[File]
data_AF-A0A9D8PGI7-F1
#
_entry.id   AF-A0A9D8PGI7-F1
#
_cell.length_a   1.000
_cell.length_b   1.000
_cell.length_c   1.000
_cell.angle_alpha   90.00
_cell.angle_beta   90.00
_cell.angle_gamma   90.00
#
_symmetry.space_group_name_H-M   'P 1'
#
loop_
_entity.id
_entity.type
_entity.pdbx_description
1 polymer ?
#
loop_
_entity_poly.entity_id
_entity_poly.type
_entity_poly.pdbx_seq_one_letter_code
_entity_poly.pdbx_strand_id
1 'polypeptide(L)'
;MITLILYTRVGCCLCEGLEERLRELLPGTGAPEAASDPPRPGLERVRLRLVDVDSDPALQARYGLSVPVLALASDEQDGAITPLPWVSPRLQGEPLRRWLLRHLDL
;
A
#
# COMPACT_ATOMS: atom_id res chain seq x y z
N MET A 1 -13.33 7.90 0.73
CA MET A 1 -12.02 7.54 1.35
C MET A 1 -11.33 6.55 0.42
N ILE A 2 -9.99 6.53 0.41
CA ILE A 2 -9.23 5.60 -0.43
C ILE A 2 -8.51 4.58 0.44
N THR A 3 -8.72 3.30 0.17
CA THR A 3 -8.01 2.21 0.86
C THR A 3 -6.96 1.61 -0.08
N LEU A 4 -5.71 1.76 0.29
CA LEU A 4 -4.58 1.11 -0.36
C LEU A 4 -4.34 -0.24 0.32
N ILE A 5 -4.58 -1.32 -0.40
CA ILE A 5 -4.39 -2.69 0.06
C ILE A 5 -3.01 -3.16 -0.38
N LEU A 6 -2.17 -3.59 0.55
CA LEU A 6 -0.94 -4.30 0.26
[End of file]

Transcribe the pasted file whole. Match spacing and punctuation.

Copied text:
data_AF-A0A9D8PGI7-F1
#
_entry.id   AF-A0A9D8PGI7-F1
#
_cell.length_a   1.000
_cell.length_b   1.000
_cell.length_c   1.000
_cell.angle_alpha   90.00
_cell.angle_beta   90.00
_cell.angle_gamma   90.00
#
_symmetry.space_group_name_H-M   'P 1'
#
loop_
_entity.id
_entity.type
_entity.pdbx_description
1 polymer ?
#
loop_
_entity_poly.entity_id
_entity_poly.type
_entity_poly.pdbx_seq_one_letter_code
_entity_poly.pdbx_strand_id
1 'polypeptide(L)'
;MITLILYTRVGCCLCEGLEERLRELLPGTGAPEAASDPPRPGLERVRLRLVDVDSDPALQARYGLSVPVLALASDEQDGAITPLPWVSPRLQGEPLRRWLLRHLDL
;
A
#
# COMPACT_ATOMS: atom_id res chain seq x y z
N MET A 1 -13.33 7.90 0.73
CA MET A 1 -12.02 7.54 1.35
C MET A 1 -11.33 6.55 0.42
N ILE A 2 -9.99 6.53 0.41
CA ILE A 2 -9.23 5.60 -0.43
C ILE A 2 -8.51 4.58 0.44
N THR A 3 -8.72 3.30 0.17
CA THR A 3 -8.01 2.21 0.86
C THR A 3 -6.96 1.61 -0.08
N LEU A 4 -5.71 1.76 0.29
CA LEU A 4 -4.58 1.11 -0.36
C LEU A 4 -4.34 -0.24 0.32
N ILE A 5 -4.58 -1.32 -0.40
CA ILE A 5 -4.39 -2.69 0.06
C ILE A 5 -3.01 -3.16 -0.38
N LEU A 6 -2.17 -3.59 0.55
CA LEU A 6 -0.94 -4.30 0.26